Rail projects will speed freight, make more Amtrak trains possible in Pacific Northwest

October 18, 2015

If you want to hop on an Amtrak train in Kelso and go to Seattle for the day, the first train leaves at 9:10 a.m. and arrives at the King Street Station at noon. You have six precious hours in Seattle before the last train back home departs.Website Insert State Supported Passenger Trains copy

That will change in 2017, thanks in part to $171 million of construction work underway near Kalama and Kelso.

By the time the work is done two years from now, about eight miles of a third rail line will be built through Kelso and near Kalama so that freight trains can get out of the way as Amtrak’s sleek units clack by.

The work will result in fewer late trains — and two more northbound and southbound trains a day, according to Frank Green, the project manager for the state Department of Transportation.

Train rides between Portland and Seattle should get at least 10 minutes faster, Green said, and the goal is for trains to arrive on time 88 percent of the time, compared to 73.1 percent now.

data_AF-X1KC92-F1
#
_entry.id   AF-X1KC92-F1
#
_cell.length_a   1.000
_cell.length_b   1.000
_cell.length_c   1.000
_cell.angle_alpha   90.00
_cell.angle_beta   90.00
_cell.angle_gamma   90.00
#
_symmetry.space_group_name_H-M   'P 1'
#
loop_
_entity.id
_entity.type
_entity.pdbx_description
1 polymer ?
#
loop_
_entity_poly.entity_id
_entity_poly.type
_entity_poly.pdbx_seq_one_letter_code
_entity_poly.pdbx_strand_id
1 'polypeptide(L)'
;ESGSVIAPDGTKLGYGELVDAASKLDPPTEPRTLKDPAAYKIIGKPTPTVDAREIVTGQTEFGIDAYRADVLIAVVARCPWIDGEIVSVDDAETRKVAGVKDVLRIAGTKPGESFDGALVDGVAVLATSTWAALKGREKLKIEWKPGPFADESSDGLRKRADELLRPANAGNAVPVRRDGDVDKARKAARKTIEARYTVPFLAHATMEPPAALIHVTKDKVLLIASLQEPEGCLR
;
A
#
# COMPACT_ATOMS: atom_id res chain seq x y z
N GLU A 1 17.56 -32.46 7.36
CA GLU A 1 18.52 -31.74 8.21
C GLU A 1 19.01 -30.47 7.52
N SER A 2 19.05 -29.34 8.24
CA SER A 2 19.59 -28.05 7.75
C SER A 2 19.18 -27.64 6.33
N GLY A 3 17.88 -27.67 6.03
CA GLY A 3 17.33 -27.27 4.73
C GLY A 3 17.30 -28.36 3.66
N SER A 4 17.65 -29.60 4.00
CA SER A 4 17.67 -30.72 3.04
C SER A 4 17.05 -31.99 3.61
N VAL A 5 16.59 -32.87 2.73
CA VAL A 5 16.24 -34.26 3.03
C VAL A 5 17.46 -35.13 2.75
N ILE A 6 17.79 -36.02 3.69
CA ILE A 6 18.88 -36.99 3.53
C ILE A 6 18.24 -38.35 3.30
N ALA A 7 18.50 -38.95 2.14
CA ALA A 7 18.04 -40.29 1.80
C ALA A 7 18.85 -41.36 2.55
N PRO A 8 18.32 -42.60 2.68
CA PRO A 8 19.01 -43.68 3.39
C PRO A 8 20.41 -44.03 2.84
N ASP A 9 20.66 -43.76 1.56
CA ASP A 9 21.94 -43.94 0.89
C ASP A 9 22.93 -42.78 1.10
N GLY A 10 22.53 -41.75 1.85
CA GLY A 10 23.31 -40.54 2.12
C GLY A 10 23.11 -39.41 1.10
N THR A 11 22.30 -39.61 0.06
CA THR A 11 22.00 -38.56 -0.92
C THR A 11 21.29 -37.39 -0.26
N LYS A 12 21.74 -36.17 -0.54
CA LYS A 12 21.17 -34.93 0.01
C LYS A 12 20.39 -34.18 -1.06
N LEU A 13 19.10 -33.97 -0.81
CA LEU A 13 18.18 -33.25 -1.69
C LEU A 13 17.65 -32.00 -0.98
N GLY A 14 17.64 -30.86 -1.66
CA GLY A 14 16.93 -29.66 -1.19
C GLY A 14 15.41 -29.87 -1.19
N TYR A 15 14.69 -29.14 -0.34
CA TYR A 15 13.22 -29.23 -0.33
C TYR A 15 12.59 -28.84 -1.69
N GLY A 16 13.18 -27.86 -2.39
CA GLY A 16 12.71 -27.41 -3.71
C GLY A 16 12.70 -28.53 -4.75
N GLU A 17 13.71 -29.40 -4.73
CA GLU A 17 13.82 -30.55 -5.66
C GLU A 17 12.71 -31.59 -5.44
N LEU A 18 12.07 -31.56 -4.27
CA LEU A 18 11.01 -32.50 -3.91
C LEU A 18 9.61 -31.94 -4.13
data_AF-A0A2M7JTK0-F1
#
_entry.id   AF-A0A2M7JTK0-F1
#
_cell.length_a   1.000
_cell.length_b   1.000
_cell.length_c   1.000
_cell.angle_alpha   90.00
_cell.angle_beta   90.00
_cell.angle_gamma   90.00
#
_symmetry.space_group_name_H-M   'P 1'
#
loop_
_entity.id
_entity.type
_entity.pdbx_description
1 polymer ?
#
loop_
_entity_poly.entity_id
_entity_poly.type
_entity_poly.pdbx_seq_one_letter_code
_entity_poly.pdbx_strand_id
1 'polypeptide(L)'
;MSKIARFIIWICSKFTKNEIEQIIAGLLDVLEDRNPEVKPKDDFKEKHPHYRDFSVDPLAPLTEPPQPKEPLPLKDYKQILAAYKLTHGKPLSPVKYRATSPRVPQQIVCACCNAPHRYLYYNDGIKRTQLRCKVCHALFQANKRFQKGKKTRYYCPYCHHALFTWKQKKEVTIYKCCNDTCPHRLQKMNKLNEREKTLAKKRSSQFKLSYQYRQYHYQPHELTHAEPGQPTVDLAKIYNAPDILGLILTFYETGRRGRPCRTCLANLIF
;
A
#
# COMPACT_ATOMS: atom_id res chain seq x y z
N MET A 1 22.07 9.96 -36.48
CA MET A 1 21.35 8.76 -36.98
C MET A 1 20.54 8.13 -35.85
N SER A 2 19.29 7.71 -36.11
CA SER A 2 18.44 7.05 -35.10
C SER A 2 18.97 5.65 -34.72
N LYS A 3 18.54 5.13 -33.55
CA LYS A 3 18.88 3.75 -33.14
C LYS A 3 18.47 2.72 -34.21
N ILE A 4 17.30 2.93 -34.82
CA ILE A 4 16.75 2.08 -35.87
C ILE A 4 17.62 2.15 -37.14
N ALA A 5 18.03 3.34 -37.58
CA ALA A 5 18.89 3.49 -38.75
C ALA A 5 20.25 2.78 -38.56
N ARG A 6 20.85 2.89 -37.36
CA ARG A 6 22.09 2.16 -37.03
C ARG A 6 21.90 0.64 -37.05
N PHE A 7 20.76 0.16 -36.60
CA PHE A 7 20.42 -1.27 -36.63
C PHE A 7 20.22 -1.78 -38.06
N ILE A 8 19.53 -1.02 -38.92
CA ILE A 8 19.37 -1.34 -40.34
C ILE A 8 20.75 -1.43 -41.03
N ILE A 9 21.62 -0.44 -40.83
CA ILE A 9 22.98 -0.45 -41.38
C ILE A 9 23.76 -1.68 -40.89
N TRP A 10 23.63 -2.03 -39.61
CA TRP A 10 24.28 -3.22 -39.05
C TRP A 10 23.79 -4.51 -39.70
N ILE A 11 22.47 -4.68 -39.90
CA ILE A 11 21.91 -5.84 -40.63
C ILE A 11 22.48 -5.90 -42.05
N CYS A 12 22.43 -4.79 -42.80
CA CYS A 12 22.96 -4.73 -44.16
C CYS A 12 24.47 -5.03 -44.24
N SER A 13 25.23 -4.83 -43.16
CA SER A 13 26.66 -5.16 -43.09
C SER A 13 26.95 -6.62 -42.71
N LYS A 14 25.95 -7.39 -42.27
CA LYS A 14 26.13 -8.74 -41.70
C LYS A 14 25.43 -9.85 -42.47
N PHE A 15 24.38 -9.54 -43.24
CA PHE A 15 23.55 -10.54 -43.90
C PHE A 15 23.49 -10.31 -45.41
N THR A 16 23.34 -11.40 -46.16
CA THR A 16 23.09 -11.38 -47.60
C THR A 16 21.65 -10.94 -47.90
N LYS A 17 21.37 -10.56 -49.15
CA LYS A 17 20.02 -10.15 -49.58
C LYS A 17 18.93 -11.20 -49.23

Amtrak has been a political football for decades, with politicians debating how much federal funding should go to the government-supported company.

Still, about $800 million of federal stimulus money went to Washington in 2009 for work on the railroad, including the local projects.

Amtrak ridership in Washington has declined from 848,000 in 2011 to 781,000 in 2014, according to WSDOT.

See photos and maps and read the fully story by reporter Tom Paulu in TDN.com by clicking here.

 

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